The English and history departments have both proposed substantial reorganizations of their programs for next year. The English department has redefined its distribution requirements, made the major seminar an elective and will require “Gateway” courses for majors. The history department has reworked its course numbering system and developed a list of 18 fields of concentration. Majors must either choose from these concentrations or receive departmental permission to concentrate outside of them.
Last year, the English department designated certain 200-level classes as “Gateway” classes, which are intended to introduce students to critical and historical approaches to the study of English. This year, the department has proposed making a Gateway class a requirement for the major.
“In the past there was a strong idea that English should be taught in survey classes but what those classes should include has always been controversial,” said professor Christopher Pye, chair of the English department. “Ethnic literature, literature by women and other categories have often been neglected by surveys. Through the ‘Gateway’ classes, we hope to give all English majors a degree of common background in that all majors will have had an introduction to the skills and approaches we feel are at the heart of the matter without proscribing their entire course of study.”
The department has also made the major seminar an elective, rather than a required course.
“The faculty considers the major seminar very valuable,” Pye said. “It is a small class oriented around a clear focus. We’re making it voluntary and encouraging students considering pursuing honors or graduate work to take it. We’re making it optional because adding the ‘Gateway’ courses draws on our limited faculty resources and because, while the seminar acted as a common experience for all majors, it came comparatively late in the major.”
English professor Anita Sokolsky, who currently teaches the major seminar “Melancholy and History” said, “I like the idea of all majors having an intense, research paper-centered experience at the point they all are majors but in practice, because students have often been assigned
to classes they weren’t excited about, there can be a sense of dutifullness about it. Additionally, it can be hard to teach a major seminar in which the students all have a different background with respects to criticism. Gateway classes should lessen this disparity.”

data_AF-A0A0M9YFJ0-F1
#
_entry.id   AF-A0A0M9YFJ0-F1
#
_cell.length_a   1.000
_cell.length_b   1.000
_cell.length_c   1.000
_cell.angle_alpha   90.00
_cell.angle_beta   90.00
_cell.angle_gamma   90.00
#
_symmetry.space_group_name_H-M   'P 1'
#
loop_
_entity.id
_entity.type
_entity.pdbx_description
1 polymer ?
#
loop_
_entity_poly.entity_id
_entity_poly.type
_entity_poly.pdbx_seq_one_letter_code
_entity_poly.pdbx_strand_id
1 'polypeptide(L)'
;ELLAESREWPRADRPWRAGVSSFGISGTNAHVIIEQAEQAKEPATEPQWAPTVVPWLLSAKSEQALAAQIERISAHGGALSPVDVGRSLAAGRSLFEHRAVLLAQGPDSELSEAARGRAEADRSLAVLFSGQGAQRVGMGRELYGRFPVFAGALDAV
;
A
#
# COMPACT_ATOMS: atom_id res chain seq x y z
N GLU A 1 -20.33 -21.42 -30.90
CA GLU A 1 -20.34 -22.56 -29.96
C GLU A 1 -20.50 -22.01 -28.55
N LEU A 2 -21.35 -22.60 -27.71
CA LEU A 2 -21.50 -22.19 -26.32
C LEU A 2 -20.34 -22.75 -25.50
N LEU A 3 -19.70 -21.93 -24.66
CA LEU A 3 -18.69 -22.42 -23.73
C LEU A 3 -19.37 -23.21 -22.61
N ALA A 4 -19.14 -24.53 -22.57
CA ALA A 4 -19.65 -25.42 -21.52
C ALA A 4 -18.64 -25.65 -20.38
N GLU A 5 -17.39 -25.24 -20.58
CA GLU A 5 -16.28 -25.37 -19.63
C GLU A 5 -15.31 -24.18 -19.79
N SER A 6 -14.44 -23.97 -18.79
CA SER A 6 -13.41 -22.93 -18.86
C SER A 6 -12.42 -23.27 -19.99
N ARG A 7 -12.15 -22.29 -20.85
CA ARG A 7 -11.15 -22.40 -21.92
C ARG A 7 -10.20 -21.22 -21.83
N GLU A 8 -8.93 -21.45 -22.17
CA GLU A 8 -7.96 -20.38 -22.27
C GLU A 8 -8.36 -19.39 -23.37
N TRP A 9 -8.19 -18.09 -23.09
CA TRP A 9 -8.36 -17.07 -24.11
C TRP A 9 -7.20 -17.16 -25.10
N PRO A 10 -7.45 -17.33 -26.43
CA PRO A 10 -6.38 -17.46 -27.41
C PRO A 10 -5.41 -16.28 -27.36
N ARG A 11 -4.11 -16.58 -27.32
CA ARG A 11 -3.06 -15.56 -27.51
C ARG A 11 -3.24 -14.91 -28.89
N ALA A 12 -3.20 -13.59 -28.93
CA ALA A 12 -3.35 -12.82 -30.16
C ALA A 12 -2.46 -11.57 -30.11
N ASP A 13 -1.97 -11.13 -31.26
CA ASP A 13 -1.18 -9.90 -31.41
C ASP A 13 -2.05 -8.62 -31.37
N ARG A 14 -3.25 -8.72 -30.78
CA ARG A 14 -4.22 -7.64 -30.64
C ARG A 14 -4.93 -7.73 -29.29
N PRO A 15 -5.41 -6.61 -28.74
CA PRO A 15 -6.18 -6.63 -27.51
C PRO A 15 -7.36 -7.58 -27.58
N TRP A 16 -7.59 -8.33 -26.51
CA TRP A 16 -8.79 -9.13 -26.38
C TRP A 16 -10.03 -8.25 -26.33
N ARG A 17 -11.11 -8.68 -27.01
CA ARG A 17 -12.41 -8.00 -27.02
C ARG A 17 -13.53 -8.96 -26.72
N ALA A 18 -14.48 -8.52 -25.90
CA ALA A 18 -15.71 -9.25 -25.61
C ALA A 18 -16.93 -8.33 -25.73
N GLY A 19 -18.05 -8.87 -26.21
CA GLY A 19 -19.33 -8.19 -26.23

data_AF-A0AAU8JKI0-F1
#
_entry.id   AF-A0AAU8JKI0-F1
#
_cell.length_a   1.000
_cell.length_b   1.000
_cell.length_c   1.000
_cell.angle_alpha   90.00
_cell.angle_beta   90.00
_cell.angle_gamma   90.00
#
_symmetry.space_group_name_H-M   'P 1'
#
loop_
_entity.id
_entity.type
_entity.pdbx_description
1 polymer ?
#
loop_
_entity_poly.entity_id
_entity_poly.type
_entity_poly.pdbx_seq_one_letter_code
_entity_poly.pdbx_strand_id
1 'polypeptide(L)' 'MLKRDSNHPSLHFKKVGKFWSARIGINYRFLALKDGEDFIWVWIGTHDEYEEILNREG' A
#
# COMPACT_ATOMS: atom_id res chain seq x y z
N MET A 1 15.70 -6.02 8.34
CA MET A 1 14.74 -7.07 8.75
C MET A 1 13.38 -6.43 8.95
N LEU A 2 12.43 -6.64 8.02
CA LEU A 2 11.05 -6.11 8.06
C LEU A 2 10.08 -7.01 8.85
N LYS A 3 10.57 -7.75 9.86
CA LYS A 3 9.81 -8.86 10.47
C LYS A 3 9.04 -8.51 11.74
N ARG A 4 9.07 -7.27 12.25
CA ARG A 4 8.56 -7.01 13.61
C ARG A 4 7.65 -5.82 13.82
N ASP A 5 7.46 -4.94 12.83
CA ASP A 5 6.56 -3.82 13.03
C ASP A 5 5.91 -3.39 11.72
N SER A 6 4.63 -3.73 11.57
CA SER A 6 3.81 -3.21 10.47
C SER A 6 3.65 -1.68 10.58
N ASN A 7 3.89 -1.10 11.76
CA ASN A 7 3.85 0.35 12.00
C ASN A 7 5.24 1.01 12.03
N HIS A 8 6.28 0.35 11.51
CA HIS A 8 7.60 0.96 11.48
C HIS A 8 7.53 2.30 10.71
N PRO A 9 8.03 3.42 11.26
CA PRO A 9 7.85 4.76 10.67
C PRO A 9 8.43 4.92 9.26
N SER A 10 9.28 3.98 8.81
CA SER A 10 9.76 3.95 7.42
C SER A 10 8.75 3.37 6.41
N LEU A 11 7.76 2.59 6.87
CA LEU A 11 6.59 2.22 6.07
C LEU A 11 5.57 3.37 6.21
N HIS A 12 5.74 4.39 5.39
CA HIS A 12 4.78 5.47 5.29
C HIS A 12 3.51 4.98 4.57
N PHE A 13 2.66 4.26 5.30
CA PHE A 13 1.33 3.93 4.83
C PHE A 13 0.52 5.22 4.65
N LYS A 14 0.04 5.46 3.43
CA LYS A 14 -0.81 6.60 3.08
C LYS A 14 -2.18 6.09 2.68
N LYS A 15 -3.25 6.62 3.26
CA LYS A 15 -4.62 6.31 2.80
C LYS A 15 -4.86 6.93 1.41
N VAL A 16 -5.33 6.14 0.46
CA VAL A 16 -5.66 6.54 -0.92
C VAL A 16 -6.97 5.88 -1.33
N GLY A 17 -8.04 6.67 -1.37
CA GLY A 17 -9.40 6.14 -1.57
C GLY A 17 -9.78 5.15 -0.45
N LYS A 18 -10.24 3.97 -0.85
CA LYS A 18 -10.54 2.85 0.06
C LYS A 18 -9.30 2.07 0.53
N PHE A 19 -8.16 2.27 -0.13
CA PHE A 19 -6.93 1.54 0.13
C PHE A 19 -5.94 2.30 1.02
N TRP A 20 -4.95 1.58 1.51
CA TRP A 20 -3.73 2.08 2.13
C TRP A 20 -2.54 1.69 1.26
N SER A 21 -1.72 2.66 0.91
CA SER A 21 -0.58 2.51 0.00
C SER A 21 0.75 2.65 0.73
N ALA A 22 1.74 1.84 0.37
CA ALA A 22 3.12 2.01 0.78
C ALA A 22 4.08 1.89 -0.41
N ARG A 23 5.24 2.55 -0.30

The department has also rearranged its period distribution requirements. Previously, majors took three pre-1800 classes and one 1800-1900 class. Now majors will be required to take two pre-1700 classes, two 1700-1900 classes and one course focused on modern literature.
“These changes will make the system less idiosyncratic,” Pye said. “Some students felt that the lack of a modern requirement suggested that the department didn’t view 20th century literature as ‘real literature.’ The majority of majors already take a class that falls into this category, so by requiring it, the department is showing that it values modern literature.”
The history department has reworked its course numbering system and created a list of concentrations for majors to choose from.
Brown Professor of History William Wagner, chair of the department said, “Over the past year and a half, the department has been examining both radical and minor changes to the major but at the end of the day, we decided that as it stood, the major was almost as good as it could be.”
One change to the history major is that the department has identified 18 concentrations for majors to choose from. The concentrations consist of three courses linked either topically or geographically. If a student wishes to pursue a concentration outside the ones that have been selected by the department, he or she must present a petition to the department. Concentration topics include “Asia and the Asian Diaspora,” “Gender and Sexuality” and “Urban and Environmental History.”
“Ideally, students would take a 100, 200 and 300-level course within their concentration but we realize that since course offerings change it is not always possible to plan this,” Wagner said. “By designating possible fields of concentration, we hoped to make the concentration more formal and more meaningful.”
The second change in the department is its new numbering schemata. The 100-level courses are driven more by pedagogy than by content and are intended as an introduction to the methods of history. The 200-levels are broad survey courses while the 300-level are more clearly focused. The 400-level courses, which used to be the 350s, are seminars that will allow opportunities for students to conduct their own research and produce an in-depth examination of one topic. The courses at each level are grouped by geographic region. For example, all the classes dealing with the United States are between the numbers 52 and 91: 152-191, 252-291, etc.
Wagner said, “The new numbering system doesn’t alter any of the requirements – it is intended to indicate to students how the curriculum fits together and what kind of sequences they can pursue. The course catalogue looks as if the whole major has been changed but it’s really just been rearranged – like pieces on a chessboard. I think it makes a lot of sense but we’ll have to wait and see if it works.”